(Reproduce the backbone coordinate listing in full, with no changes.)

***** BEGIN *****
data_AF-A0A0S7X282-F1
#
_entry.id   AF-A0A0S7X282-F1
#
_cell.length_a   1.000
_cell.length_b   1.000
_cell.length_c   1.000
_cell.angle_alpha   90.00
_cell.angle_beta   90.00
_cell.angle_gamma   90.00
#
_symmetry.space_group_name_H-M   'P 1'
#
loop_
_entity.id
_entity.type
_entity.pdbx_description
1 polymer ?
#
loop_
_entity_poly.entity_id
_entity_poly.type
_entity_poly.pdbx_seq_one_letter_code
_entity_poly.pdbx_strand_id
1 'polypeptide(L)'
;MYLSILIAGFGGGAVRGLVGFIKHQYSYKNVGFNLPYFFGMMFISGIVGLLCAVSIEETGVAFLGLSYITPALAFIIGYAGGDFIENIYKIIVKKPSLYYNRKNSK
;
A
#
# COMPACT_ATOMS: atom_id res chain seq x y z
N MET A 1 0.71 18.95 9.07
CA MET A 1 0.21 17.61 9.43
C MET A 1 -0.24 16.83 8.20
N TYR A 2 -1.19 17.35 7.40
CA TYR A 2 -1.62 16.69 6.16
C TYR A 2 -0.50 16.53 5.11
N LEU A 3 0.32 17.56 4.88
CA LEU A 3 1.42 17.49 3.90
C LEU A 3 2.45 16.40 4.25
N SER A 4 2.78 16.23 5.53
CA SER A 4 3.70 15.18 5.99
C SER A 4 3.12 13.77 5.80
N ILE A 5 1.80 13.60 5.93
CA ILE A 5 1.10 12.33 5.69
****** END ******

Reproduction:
data_AF-A0A0S7X282-F1
#
_entry.id   AF-A0A0S7X282-F1
#
_cell.length_a   1.000
_cell.length_b   1.000
_cell.length_c   1.000
_cell.angle_alpha   90.00
_cell.angle_beta   90.00
_cell.angle_gamma   90.00
#
_symmetry.space_group_name_H-M   'P 1'
#
loop_
_entity.id
_entity.type
_entity.pdbx_description
1 polymer ?
#
loop_
_entity_poly.entity_id
_entity_poly.type
_entity_poly.pdbx_seq_one_letter_code
_entity_poly.pdbx_strand_id
1 'polypeptide(L)'
;MYLSILIAGFGGGAVRGLVGFIKHQYSYKNVGFNLPYFFGMMFISGIVGLLCAVSIEETGVAFLGLSYITPALAFIIGYAGGDFIENIYKIIVKKPSLYYNRKNSK
;
A
#
# COMPACT_ATOMS: atom_id res chain seq x y z
N MET A 1 0.71 18.95 9.07
CA MET A 1 0.21 17.61 9.43
C MET A 1 -0.24 16.83 8.20
N TYR A 2 -1.19 17.35 7.40
CA TYR A 2 -1.62 16.69 6.16
C TYR A 2 -0.50 16.53 5.11
N LEU A 3 0.32 17.56 4.88
CA LEU A 3 1.42 17.49 3.90
C LEU A 3 2.45 16.40 4.25
N SER A 4 2.78 16.23 5.53
CA SER A 4 3.70 15.18 5.99
C SER A 4 3.12 13.77 5.80
N ILE A 5 1.80 13.60 5.93
CA ILE A 5 1.10 12.33 5.69